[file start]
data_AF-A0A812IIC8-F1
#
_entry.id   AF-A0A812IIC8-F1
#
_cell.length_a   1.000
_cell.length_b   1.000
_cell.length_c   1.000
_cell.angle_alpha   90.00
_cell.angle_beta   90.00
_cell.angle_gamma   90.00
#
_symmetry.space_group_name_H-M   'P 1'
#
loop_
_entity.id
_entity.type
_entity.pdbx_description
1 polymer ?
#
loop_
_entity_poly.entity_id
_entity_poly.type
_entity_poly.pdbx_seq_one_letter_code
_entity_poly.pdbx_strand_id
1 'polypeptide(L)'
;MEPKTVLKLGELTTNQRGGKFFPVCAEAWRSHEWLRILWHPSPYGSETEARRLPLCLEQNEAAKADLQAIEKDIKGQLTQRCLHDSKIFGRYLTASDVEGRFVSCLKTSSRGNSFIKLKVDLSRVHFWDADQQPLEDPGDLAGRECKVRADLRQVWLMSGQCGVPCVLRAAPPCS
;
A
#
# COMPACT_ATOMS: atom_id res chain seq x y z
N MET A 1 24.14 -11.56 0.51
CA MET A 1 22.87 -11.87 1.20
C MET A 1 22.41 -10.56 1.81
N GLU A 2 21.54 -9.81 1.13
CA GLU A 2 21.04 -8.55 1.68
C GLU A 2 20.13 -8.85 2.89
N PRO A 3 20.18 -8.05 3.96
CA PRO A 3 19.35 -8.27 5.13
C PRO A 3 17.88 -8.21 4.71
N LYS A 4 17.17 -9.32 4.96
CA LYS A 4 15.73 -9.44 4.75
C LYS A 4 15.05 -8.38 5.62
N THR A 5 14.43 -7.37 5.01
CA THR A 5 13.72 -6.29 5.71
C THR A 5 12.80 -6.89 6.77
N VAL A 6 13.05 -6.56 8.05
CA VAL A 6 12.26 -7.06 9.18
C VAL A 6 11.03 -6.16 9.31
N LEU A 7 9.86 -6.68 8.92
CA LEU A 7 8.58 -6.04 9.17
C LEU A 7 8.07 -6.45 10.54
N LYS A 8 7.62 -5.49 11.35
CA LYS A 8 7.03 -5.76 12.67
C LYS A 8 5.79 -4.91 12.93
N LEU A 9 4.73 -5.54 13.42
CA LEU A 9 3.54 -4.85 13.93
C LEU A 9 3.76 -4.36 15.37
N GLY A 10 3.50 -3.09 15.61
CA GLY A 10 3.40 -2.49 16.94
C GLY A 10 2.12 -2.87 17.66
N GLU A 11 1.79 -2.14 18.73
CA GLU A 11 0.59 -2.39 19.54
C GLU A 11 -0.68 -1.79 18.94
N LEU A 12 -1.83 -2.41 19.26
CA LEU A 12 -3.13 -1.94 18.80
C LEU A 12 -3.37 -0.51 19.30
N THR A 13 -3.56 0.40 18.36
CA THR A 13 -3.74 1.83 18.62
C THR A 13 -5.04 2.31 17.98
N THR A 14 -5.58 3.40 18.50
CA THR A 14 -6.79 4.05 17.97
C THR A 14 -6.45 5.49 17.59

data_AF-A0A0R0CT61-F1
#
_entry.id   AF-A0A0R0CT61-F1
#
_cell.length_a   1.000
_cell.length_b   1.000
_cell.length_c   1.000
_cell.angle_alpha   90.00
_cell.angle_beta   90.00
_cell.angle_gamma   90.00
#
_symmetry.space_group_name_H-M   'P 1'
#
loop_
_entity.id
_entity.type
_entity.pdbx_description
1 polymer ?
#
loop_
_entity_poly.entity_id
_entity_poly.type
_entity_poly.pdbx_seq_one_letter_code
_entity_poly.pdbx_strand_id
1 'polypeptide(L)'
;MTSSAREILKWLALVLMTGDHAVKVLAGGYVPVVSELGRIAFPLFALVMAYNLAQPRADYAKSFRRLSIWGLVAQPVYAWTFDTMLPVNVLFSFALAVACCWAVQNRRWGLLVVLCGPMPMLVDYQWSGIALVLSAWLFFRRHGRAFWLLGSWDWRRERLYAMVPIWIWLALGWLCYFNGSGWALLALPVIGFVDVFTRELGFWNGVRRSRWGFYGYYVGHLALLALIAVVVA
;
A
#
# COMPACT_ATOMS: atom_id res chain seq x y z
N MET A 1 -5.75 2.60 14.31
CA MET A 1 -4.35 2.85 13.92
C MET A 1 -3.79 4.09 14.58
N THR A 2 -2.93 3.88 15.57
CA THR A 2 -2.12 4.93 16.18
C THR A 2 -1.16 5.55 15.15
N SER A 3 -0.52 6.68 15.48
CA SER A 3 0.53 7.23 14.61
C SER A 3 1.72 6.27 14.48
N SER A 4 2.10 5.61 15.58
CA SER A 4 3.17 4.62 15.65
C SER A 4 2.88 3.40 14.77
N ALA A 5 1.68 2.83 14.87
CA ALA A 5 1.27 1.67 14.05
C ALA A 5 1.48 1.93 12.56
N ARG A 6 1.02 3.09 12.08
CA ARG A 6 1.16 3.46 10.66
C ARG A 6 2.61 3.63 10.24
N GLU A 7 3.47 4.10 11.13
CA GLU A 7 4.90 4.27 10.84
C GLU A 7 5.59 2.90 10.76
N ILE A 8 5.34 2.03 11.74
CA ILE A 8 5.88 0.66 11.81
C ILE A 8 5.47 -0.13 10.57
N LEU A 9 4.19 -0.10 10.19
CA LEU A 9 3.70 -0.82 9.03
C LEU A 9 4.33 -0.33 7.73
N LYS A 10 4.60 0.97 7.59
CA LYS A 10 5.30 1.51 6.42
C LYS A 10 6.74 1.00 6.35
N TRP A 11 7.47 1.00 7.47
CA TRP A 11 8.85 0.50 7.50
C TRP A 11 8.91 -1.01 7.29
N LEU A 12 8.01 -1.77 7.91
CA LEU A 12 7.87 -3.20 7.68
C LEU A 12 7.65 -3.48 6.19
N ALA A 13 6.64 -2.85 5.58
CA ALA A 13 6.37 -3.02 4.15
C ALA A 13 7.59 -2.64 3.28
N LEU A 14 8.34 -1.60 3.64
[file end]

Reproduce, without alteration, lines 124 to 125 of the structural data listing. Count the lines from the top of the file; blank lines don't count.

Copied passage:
N ILE A 8 5.34 2.03 11.74
CA ILE A 8 5.88 0.66 11.81